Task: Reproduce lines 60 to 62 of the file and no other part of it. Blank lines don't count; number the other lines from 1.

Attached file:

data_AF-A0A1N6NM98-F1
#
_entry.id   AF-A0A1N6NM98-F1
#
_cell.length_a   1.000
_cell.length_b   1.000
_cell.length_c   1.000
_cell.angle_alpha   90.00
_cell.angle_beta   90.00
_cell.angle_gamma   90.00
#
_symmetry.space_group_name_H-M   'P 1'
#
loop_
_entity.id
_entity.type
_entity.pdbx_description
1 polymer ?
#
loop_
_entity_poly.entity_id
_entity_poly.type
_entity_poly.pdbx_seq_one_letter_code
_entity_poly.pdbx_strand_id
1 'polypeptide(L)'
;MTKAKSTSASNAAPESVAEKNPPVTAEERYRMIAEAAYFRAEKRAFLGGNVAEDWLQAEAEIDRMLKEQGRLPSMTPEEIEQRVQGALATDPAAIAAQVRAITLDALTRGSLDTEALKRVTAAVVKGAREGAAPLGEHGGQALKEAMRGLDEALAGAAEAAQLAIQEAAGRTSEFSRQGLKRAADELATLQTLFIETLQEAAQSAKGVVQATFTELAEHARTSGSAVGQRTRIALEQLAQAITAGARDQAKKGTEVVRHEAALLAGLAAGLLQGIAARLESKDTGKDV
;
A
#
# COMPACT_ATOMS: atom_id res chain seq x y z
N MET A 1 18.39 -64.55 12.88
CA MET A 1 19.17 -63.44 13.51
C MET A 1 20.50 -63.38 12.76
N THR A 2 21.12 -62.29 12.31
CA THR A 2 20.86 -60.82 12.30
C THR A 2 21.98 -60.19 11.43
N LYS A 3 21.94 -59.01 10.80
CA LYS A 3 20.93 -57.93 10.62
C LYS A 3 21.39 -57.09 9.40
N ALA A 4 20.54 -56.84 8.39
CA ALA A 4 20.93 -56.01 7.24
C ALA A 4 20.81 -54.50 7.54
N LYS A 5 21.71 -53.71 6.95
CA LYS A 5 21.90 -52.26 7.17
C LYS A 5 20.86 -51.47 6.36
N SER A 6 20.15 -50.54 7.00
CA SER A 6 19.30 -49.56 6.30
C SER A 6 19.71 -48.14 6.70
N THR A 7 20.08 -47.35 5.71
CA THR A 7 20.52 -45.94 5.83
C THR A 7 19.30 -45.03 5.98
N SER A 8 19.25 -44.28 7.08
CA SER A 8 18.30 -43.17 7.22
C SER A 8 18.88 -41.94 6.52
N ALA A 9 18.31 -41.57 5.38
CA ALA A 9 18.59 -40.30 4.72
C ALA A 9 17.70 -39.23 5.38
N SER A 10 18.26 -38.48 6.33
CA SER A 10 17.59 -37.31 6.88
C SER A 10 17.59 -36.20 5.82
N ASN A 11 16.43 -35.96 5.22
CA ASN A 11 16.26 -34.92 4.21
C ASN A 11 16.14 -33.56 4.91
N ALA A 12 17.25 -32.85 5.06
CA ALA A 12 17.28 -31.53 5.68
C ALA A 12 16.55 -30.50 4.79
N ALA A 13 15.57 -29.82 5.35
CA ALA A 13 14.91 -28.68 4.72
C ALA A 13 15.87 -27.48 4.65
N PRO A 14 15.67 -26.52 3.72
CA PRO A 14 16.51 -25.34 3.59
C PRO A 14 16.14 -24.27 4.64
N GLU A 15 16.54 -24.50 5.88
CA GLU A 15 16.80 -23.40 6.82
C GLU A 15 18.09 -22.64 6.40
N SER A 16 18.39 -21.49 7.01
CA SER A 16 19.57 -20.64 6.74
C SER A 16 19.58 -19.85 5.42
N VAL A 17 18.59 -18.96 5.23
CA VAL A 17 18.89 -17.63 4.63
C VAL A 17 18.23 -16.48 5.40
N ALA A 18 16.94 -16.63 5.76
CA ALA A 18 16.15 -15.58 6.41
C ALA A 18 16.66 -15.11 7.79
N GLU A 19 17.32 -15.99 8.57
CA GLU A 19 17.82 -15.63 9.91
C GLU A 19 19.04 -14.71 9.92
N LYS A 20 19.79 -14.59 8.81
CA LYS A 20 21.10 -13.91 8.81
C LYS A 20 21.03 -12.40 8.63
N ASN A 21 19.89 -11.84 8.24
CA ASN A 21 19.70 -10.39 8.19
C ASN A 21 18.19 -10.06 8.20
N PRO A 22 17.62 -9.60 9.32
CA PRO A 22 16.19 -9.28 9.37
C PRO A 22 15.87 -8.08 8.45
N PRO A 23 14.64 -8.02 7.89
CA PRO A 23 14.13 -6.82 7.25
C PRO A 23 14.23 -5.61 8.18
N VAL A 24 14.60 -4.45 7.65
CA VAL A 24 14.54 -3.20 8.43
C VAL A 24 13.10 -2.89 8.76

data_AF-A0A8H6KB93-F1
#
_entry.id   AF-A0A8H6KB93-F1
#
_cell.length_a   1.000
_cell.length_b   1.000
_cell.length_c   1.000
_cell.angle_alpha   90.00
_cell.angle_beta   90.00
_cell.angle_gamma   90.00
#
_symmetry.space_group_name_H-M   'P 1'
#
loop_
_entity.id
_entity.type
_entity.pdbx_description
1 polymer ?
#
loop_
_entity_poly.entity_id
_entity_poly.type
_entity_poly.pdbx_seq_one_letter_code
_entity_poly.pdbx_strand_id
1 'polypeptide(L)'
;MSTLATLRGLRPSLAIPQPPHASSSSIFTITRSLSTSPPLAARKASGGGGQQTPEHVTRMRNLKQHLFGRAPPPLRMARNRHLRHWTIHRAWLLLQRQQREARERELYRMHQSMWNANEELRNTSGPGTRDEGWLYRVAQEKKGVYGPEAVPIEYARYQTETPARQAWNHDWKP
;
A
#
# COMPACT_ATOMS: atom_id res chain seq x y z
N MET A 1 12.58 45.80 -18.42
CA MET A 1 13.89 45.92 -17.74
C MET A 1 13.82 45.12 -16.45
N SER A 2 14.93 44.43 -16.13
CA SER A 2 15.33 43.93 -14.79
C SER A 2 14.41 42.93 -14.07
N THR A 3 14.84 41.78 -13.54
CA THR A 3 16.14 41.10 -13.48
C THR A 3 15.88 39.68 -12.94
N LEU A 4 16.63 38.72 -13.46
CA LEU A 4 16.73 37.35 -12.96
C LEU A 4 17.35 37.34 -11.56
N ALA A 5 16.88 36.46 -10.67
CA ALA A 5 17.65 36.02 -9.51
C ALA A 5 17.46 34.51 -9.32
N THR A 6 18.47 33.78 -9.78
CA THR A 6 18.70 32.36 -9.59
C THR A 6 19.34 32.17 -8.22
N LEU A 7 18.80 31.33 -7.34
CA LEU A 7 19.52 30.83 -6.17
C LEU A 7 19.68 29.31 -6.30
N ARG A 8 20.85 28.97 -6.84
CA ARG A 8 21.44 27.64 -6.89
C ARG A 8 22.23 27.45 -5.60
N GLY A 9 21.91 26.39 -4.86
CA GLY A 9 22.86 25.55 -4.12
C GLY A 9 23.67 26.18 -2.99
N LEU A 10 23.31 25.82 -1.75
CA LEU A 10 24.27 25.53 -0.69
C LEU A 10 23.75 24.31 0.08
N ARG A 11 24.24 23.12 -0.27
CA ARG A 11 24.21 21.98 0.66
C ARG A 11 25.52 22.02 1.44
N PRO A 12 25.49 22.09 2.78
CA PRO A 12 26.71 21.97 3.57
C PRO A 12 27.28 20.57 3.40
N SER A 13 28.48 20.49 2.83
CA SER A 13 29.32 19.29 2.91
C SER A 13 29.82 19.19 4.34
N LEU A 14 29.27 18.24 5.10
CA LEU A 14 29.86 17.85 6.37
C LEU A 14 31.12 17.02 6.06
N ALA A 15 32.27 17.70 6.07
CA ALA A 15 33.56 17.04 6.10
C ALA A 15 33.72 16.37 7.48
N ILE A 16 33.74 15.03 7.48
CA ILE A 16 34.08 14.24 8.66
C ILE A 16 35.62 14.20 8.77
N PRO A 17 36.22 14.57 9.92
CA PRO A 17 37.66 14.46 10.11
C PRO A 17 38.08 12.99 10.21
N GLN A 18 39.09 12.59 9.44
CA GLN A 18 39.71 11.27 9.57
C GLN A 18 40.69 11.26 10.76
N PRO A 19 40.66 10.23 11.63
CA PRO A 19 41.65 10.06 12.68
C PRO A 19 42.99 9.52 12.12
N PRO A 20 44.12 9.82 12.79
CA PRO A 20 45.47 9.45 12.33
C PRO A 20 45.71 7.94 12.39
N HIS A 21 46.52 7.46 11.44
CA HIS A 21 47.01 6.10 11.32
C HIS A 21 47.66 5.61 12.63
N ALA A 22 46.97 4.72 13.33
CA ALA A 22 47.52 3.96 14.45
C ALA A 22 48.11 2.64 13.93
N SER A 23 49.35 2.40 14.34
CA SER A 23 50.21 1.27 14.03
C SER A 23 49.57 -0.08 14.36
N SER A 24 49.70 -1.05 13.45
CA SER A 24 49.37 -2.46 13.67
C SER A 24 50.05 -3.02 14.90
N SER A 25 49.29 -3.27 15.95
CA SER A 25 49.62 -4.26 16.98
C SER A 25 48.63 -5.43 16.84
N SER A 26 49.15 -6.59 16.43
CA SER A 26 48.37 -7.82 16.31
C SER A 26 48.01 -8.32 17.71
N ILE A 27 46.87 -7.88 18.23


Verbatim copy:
C SER A 10 17.59 -36.20 5.82
N ASN A 11 16.43 -35.96 5.22
CA ASN A 11 16.26 -34.92 4.21